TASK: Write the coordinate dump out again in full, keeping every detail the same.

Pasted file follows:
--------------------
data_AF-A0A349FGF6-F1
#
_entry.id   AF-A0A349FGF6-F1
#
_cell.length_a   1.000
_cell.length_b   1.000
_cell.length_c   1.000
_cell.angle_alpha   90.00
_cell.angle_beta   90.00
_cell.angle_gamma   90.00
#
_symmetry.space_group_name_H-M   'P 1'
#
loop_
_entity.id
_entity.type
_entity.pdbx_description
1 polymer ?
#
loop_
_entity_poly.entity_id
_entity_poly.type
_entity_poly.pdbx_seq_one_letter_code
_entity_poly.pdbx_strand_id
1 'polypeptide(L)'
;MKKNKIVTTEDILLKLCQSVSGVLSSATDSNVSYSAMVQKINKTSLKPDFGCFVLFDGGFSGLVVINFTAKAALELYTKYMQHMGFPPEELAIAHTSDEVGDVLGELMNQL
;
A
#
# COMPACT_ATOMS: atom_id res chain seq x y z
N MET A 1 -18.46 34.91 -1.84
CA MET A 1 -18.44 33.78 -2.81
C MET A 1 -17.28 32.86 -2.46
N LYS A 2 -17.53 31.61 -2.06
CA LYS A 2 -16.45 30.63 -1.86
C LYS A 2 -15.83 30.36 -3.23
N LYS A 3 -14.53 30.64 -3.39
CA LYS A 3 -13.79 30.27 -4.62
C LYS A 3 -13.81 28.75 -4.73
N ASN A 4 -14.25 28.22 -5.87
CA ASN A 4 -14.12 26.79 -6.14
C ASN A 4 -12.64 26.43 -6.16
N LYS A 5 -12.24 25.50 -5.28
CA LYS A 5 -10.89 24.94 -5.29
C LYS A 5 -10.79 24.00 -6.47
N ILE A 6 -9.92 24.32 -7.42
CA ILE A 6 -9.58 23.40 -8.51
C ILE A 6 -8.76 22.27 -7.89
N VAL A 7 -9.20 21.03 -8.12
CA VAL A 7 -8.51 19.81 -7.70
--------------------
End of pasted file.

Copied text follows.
data_AF-A0A349FGF6-F1
#
_entry.id   AF-A0A349FGF6-F1
#
_cell.length_a   1.000
_cell.length_b   1.000
_cell.length_c   1.000
_cell.angle_alpha   90.00
_cell.angle_beta   90.00
_cell.angle_gamma   90.00
#
_symmetry.space_group_name_H-M   'P 1'
#
loop_
_entity.id
_entity.type
_entity.pdbx_description
1 polymer ?
#
loop_
_entity_poly.entity_id
_entity_poly.type
_entity_poly.pdbx_seq_one_letter_code
_entity_poly.pdbx_strand_id
1 'polypeptide(L)'
;MKKNKIVTTEDILLKLCQSVSGVLSSATDSNVSYSAMVQKINKTSLKPDFGCFVLFDGGFSGLVVINFTAKAALELYTKYMQHMGFPPEELAIAHTSDEVGDVLGELMNQL
;
A
#
# COMPACT_ATOMS: atom_id res chain seq x y z
N MET A 1 -18.46 34.91 -1.84
CA MET A 1 -18.44 33.78 -2.81
C MET A 1 -17.28 32.86 -2.46
N LYS A 2 -17.53 31.61 -2.06
CA LYS A 2 -16.45 30.63 -1.86
C LYS A 2 -15.83 30.36 -3.23
N LYS A 3 -14.53 30.64 -3.39
CA LYS A 3 -13.79 30.27 -4.62
C LYS A 3 -13.81 28.75 -4.73
N ASN A 4 -14.25 28.22 -5.87
CA ASN A 4 -14.12 26.79 -6.14
C ASN A 4 -12.64 26.43 -6.16
N LYS A 5 -12.24 25.50 -5.28
CA LYS A 5 -10.89 24.94 -5.29
C LYS A 5 -10.79 24.00 -6.47
N ILE A 6 -9.92 24.32 -7.42
CA ILE A 6 -9.58 23.40 -8.51
C ILE A 6 -8.76 22.27 -7.89
N VAL A 7 -9.20 21.03 -8.12
CA VAL A 7 -8.51 19.81 -7.70